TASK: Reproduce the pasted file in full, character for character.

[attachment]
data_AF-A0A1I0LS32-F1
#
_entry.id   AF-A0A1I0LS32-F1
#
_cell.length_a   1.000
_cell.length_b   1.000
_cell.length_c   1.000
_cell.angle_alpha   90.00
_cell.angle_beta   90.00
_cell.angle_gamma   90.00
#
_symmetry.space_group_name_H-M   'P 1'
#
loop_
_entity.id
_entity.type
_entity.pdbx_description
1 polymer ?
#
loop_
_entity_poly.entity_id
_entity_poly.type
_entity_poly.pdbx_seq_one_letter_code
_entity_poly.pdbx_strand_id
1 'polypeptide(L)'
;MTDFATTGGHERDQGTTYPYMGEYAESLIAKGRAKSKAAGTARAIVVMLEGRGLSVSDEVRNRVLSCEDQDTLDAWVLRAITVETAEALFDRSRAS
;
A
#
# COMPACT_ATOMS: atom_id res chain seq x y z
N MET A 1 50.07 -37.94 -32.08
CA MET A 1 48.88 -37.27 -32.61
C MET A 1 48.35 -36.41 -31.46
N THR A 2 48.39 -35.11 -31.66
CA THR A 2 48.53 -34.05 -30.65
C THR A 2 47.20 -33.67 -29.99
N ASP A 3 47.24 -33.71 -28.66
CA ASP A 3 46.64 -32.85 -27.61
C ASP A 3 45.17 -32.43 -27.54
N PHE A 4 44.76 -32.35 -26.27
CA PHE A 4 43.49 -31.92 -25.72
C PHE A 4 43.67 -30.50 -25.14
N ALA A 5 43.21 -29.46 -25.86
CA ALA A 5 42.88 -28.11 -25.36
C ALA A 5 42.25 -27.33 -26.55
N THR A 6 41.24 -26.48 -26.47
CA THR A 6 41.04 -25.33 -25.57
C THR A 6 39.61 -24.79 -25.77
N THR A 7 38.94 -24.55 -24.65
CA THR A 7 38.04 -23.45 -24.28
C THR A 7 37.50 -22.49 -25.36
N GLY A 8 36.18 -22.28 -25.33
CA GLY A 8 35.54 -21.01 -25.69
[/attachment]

data_AF-A0A1I0LS32-F1
#
_entry.id   AF-A0A1I0LS32-F1
#
_cell.length_a   1.000
_cell.length_b   1.000
_cell.length_c   1.000
_cell.angle_alpha   90.00
_cell.angle_beta   90.00
_cell.angle_gamma   90.00
#
_symmetry.space_group_name_H-M   'P 1'
#
loop_
_entity.id
_entity.type
_entity.pdbx_description
1 polymer ?
#
loop_
_entity_poly.entity_id
_entity_poly.type
_entity_poly.pdbx_seq_one_letter_code
_entity_poly.pdbx_strand_id
1 'polypeptide(L)'
;MTDFATTGGHERDQGTTYPYMGEYAESLIAKGRAKSKAAGTARAIVVMLEGRGLSVSDEVRNRVLSCEDQDTLDAWVLRAITVETAEALFDRSRAS
;
A
#
# COMPACT_ATOMS: atom_id res chain seq x y z
N MET A 1 50.07 -37.94 -32.08
CA MET A 1 48.88 -37.27 -32.61
C MET A 1 48.35 -36.41 -31.46
N THR A 2 48.39 -35.11 -31.66
CA THR A 2 48.53 -34.05 -30.65
C THR A 2 47.20 -33.67 -29.99
N ASP A 3 47.24 -33.71 -28.66
CA ASP A 3 46.64 -32.85 -27.61
C ASP A 3 45.17 -32.43 -27.54
N PHE A 4 44.76 -32.35 -26.27
CA PHE A 4 43.49 -31.92 -25.72
C PHE A 4 43.67 -30.50 -25.14
N ALA A 5 43.21 -29.46 -25.86
CA ALA A 5 42.88 -28.11 -25.36
C ALA A 5 42.25 -27.33 -26.55
N THR A 6 41.24 -26.48 -26.47
CA THR A 6 41.04 -25.33 -25.57
C THR A 6 39.61 -24.79 -25.77
N THR A 7 38.94 -24.55 -24.65
CA THR A 7 38.04 -23.45 -24.28
C THR A 7 37.50 -22.49 -25.36
N GLY A 8 36.18 -22.28 -25.33
CA GLY A 8 35.54 -21.01 -25.69